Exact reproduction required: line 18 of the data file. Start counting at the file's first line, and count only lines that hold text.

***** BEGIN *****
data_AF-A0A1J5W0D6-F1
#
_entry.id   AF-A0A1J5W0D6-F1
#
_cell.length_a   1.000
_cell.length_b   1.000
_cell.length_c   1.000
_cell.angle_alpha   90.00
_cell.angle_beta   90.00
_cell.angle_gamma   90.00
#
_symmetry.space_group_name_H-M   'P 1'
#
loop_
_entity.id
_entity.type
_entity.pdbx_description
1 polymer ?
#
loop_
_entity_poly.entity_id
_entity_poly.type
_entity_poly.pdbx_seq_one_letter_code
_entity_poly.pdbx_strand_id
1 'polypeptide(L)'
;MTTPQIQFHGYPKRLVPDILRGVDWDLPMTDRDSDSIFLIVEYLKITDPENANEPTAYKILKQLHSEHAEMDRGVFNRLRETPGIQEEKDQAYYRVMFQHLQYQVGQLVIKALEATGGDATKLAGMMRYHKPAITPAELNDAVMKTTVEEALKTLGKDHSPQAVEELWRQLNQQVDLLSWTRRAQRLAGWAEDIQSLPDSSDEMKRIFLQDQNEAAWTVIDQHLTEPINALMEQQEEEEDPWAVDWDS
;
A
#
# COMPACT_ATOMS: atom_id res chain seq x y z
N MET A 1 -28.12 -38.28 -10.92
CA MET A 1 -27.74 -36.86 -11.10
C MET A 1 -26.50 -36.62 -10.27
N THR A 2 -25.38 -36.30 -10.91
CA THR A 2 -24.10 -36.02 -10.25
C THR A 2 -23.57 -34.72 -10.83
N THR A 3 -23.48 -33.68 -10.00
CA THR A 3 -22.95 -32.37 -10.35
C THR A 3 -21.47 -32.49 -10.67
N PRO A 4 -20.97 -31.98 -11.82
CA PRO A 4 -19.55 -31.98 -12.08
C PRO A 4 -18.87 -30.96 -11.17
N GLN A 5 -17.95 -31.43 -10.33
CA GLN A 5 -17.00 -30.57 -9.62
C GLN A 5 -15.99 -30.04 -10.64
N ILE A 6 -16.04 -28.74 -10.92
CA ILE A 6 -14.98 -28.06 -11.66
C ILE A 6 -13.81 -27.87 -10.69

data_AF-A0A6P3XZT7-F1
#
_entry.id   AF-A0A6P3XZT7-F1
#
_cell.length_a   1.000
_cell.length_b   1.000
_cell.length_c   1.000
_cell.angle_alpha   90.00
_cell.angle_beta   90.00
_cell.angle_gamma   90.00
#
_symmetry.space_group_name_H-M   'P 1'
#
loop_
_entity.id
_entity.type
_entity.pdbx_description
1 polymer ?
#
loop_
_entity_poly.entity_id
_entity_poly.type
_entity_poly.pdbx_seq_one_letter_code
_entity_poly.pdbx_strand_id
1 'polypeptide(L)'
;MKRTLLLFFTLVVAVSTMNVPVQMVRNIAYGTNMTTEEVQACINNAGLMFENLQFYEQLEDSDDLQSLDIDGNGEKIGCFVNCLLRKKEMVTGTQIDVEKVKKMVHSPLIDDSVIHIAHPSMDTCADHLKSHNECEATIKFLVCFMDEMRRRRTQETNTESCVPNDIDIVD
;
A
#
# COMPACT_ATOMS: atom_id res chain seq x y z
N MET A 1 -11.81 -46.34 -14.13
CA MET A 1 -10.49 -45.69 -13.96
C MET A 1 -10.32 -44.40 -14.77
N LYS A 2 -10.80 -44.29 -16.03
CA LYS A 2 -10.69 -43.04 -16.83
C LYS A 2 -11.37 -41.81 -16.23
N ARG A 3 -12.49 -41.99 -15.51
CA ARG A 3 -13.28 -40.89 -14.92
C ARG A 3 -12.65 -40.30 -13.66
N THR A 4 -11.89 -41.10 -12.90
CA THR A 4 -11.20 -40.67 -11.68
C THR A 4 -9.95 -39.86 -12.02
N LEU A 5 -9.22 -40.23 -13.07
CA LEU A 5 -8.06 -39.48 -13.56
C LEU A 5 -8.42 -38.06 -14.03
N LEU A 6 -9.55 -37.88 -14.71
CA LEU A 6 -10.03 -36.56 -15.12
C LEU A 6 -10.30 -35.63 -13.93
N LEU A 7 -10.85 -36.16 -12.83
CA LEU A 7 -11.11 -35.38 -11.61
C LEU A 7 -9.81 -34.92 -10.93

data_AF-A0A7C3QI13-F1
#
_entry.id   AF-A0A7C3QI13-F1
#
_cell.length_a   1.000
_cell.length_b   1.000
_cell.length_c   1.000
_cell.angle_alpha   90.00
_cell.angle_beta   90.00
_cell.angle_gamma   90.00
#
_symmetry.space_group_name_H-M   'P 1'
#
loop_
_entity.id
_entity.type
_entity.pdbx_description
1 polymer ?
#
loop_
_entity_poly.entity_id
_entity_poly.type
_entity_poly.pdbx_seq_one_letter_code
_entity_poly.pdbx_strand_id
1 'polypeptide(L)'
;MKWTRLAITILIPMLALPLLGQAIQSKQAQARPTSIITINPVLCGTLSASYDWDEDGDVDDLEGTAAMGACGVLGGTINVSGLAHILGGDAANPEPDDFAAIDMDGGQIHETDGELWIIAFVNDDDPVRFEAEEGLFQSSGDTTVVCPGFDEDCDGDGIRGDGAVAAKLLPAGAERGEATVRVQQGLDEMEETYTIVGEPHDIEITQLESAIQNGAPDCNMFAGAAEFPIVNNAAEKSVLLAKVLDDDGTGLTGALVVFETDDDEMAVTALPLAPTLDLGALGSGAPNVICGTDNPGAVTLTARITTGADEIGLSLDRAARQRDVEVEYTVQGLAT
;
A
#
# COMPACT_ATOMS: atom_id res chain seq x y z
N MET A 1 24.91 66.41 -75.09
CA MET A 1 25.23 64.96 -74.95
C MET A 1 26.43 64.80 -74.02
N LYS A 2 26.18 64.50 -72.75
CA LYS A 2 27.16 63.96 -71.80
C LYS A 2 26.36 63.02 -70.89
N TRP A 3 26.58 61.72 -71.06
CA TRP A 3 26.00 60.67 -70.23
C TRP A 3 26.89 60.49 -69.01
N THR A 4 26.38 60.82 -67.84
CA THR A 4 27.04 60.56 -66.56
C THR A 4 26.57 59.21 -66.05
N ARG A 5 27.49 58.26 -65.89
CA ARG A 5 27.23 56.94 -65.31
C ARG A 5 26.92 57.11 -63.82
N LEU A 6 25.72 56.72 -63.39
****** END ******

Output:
1 polymer ?